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Biol Psychiatry. 2011 Jun 1;69(11):1124-6. doi: 10.1016/j.biopsych.2010.12.028. Epub 2011 Feb 16.

Synaptic adaptations in the nucleus accumbens caused by experiences linked to relapse.

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1
Graduate Program in Neuroscience, University of Minnesota, Minneapolis, 55455, USA.

Abstract

BACKGROUND:

Excitatory synaptic transmission in the nucleus accumbens (NAc) regulates the reinstatement of drug seeking, an animal model of relapse in human drug addicts. However, the functional adaptations at NAc synapses that mediate reinstatement are not clearly understood.

METHODS:

We assessed the behavioral responses of mice to cocaine administration by measuring locomotor stimulation and the acquisition, extinction, and reinstatement of conditioned place preference. Synaptic function was then examined by preparing acute brain slices and performing whole cell voltage-clamp recordings from individual medium spiny neurons in the NAc shell.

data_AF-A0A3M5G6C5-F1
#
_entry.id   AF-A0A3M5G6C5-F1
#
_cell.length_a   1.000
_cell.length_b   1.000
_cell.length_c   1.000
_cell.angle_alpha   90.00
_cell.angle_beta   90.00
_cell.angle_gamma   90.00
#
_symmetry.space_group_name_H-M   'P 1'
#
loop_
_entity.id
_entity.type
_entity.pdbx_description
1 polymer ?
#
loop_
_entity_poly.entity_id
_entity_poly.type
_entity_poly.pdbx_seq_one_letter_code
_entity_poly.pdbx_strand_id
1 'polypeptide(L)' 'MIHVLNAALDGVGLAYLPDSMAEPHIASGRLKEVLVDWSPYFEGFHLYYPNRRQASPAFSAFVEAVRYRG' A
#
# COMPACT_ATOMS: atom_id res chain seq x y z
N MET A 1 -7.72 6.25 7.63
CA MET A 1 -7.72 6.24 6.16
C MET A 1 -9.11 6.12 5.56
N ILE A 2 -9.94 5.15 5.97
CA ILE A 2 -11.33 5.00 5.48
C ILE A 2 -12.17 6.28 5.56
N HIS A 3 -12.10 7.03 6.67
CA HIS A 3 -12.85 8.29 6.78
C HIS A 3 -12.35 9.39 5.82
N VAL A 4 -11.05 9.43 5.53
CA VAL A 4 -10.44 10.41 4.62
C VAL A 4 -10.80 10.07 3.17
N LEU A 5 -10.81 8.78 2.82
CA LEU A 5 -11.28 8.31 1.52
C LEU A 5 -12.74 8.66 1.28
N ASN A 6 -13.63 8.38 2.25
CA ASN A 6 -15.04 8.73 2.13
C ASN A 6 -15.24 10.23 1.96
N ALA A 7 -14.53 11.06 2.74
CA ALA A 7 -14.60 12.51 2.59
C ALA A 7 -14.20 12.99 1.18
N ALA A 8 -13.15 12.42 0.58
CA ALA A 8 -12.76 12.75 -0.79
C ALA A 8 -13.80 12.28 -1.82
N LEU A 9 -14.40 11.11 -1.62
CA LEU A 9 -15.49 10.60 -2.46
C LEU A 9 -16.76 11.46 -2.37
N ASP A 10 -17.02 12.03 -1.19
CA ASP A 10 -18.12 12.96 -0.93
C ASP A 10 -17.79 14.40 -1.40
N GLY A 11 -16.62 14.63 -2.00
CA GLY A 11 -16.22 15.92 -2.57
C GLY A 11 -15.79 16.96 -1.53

RESULTS:

We find that reduced excitatory synaptic strength in the NAc shell is a common functional adaptation induced by multiple experiences known to cause reinstatement, including stress and drug re-exposure. The same synaptic adaptation is observed shortly after reinstatement of conditioned place preference by a cocaine priming injection.

CONCLUSIONS:

This common synaptic modification associated with stress, drug re-exposure, and reinstatement defines a potential synaptic gateway to relapse.

PMID:
21329910
PMCID:
PMC3302659
DOI:
10.1016/j.biopsych.2010.12.028
[Indexed for MEDLINE]
Free PMC Article
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